Fall and Winter Beers
These are the months where beer lovers begin to crave spicier, heavier seasonal lagers and ales. These beers are robust and pair well with heartier dishes that are typical to the cooler months. Some of these full-bodied, darker beers will be infused with chiles, fruits, herbs, spices, and sometimes even chocolate. Belgian brewers in particular have preferred using black pepper, coriander, grains of paradise, and orange peel in their famed winter wheat beers. Americans have their own beer making traditions dating back to colonial times, with common flavors including apples and pumpkin. Pumpkin beers are incredibly popular in the fall, especially around Halloween time. These beers are more reminiscent of pumpkin pie, with spices like cinnamon, cloves, nutmeg, allspice, and ginger being the spices of choice.
New Beer Flavors
Americans have been stepping up their game with beer making and flavoring beers in the last ten or so years. Regional micro-breweries are using rosemary, chipotle chiles, juniper berries, chamomile, basil, and candied ginger among other herbs and spices to create wildly delicious new beer flavors. Some may even taste of raspberries, depending on where you are in the country. America's foodie nation status is only growing every year with more and more people seeking out delicious flavors right in their own neighborhoods. Chefs are reaching out to craft and micro-breweries to find the best specialty beers to pair with their dishes.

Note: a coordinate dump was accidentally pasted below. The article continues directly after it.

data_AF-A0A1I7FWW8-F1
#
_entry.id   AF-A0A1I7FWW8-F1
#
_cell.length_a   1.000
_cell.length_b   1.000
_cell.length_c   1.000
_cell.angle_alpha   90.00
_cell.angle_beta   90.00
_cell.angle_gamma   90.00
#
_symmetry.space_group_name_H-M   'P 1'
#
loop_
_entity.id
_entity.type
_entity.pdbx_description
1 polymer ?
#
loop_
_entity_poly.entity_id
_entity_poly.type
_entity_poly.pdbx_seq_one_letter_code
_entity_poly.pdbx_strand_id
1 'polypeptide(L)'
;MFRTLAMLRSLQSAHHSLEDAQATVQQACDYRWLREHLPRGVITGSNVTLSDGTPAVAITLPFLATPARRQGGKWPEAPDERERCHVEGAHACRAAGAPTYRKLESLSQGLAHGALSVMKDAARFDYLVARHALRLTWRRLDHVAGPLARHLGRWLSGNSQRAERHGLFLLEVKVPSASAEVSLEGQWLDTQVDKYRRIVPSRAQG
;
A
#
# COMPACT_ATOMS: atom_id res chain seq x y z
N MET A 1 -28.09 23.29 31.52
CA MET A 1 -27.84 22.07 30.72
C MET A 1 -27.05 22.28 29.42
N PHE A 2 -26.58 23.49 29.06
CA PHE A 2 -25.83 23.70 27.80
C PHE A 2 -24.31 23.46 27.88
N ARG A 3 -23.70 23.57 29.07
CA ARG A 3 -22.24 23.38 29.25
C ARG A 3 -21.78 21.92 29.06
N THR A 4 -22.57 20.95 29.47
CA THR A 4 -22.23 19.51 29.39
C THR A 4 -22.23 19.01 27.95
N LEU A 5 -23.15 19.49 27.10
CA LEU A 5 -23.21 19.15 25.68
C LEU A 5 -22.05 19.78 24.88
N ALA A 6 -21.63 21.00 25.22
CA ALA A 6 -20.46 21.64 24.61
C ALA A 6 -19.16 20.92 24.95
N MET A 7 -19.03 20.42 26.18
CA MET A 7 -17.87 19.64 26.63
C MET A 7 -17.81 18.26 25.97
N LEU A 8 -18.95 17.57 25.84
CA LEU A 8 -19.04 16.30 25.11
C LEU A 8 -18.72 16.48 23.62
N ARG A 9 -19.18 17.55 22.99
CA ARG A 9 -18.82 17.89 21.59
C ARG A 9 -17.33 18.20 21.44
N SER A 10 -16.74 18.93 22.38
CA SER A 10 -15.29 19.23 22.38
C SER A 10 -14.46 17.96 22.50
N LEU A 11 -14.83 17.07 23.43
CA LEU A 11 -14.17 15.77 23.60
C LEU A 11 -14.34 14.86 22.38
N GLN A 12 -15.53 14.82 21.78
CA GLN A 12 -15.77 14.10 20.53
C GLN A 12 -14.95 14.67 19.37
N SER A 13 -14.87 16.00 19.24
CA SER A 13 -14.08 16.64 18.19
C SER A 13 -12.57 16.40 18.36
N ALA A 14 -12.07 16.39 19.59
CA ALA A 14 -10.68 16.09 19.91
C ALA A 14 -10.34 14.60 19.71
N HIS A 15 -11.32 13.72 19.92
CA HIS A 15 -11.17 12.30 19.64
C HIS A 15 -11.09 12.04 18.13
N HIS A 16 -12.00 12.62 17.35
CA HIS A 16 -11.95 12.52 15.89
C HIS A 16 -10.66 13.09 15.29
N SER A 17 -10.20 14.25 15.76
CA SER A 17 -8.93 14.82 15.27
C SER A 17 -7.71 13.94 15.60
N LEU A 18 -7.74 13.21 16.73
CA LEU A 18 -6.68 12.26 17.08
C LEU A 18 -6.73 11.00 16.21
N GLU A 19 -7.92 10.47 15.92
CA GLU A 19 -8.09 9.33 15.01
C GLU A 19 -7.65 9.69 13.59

Exotic Beer Spice Guide
Our conversations with various brewers have found these to be some of the most popular of the "exotic beer spices":
Allspice is a popular choice in holiday and fall beers. Pumpkin flavored beers are often flavored with this spice.
Cardamom Seed is used in Belgian and holiday style beers. The taste is lemony but the aroma is rugged, making it very multidimensional and a great choice for beer.
Cinnamon is frequently used in Holiday Ales. This spice is good in conjunction with other spices like grains of paradise, orange peel and vanilla.